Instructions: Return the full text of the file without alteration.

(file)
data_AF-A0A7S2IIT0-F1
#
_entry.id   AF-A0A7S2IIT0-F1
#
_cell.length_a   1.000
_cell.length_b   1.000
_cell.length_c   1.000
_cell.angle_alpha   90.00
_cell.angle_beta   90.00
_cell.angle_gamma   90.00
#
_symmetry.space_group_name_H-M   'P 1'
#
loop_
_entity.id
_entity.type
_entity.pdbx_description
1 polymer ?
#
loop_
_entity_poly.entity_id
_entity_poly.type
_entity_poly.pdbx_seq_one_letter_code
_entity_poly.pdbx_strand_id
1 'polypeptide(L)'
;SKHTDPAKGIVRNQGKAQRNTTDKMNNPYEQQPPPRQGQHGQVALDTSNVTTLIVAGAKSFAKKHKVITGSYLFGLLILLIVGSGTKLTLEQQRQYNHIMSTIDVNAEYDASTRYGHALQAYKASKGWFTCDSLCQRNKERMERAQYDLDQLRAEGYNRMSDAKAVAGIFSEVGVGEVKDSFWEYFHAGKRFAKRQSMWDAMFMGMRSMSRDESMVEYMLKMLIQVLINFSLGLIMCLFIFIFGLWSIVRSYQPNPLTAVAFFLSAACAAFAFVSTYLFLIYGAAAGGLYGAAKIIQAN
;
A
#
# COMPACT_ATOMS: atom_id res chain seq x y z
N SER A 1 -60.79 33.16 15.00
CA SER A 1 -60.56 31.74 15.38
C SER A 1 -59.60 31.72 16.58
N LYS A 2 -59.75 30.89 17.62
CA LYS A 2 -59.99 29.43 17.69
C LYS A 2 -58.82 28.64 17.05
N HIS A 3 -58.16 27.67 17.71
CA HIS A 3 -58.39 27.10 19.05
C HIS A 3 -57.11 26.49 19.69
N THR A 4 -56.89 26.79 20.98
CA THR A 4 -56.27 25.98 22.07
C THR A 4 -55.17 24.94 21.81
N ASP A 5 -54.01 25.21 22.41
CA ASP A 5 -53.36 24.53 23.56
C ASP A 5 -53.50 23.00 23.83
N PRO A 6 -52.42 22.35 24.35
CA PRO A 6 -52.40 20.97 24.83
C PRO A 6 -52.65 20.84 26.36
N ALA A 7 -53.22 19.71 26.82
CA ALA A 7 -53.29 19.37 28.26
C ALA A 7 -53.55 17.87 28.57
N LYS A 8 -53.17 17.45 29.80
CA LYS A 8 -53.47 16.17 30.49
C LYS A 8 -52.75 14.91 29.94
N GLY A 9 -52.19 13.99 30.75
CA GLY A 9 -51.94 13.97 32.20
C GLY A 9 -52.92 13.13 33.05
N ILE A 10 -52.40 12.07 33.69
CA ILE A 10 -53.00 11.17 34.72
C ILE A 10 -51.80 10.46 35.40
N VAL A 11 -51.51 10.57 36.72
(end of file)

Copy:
data_AF-A0A7S2IIT0-F1
#
_entry.id   AF-A0A7S2IIT0-F1
#
_cell.length_a   1.000
_cell.length_b   1.000
_cell.length_c   1.000
_cell.angle_alpha   90.00
_cell.angle_beta   90.00
_cell.angle_gamma   90.00
#
_symmetry.space_group_name_H-M   'P 1'
#
loop_
_entity.id
_entity.type
_entity.pdbx_description
1 polymer ?
#
loop_
_entity_poly.entity_id
_entity_poly.type
_entity_poly.pdbx_seq_one_letter_code
_entity_poly.pdbx_strand_id
1 'polypeptide(L)'
;SKHTDPAKGIVRNQGKAQRNTTDKMNNPYEQQPPPRQGQHGQVALDTSNVTTLIVAGAKSFAKKHKVITGSYLFGLLILLIVGSGTKLTLEQQRQYNHIMSTIDVNAEYDASTRYGHALQAYKASKGWFTCDSLCQRNKERMERAQYDLDQLRAEGYNRMSDAKAVAGIFSEVGVGEVKDSFWEYFHAGKRFAKRQSMWDAMFMGMRSMSRDESMVEYMLKMLIQVLINFSLGLIMCLFIFIFGLWSIVRSYQPNPLTAVAFFLSAACAAFAFVSTYLFLIYGAAAGGLYGAAKIIQAN
;
A
#
# COMPACT_ATOMS: atom_id res chain seq x y z
N SER A 1 -60.79 33.16 15.00
CA SER A 1 -60.56 31.74 15.38
C SER A 1 -59.60 31.72 16.58
N LYS A 2 -59.75 30.89 17.62
CA LYS A 2 -59.99 29.43 17.69
C LYS A 2 -58.82 28.64 17.05
N HIS A 3 -58.16 27.67 17.71
CA HIS A 3 -58.39 27.10 19.05
C HIS A 3 -57.11 26.49 19.69
N THR A 4 -56.89 26.79 20.98
CA THR A 4 -56.27 25.98 22.07
C THR A 4 -55.17 24.94 21.81
N ASP A 5 -54.01 25.21 22.41
CA ASP A 5 -53.36 24.53 23.56
C ASP A 5 -53.50 23.00 23.83
N PRO A 6 -52.42 22.35 24.35
CA PRO A 6 -52.40 20.97 24.83
C PRO A 6 -52.65 20.84 26.36
N ALA A 7 -53.22 19.71 26.82
CA ALA A 7 -53.29 19.37 28.26
C ALA A 7 -53.55 17.87 28.57
N LYS A 8 -53.17 17.45 29.80
CA LYS A 8 -53.47 16.17 30.49
C LYS A 8 -52.75 14.91 29.94
N GLY A 9 -52.19 13.99 30.75
CA GLY A 9 -51.94 13.97 32.20
C GLY A 9 -52.92 13.13 33.05
N ILE A 10 -52.40 12.07 33.69
CA ILE A 10 -53.00 11.17 34.72
C ILE A 10 -51.80 10.46 35.40
N VAL A 11 -51.51 10.57 36.72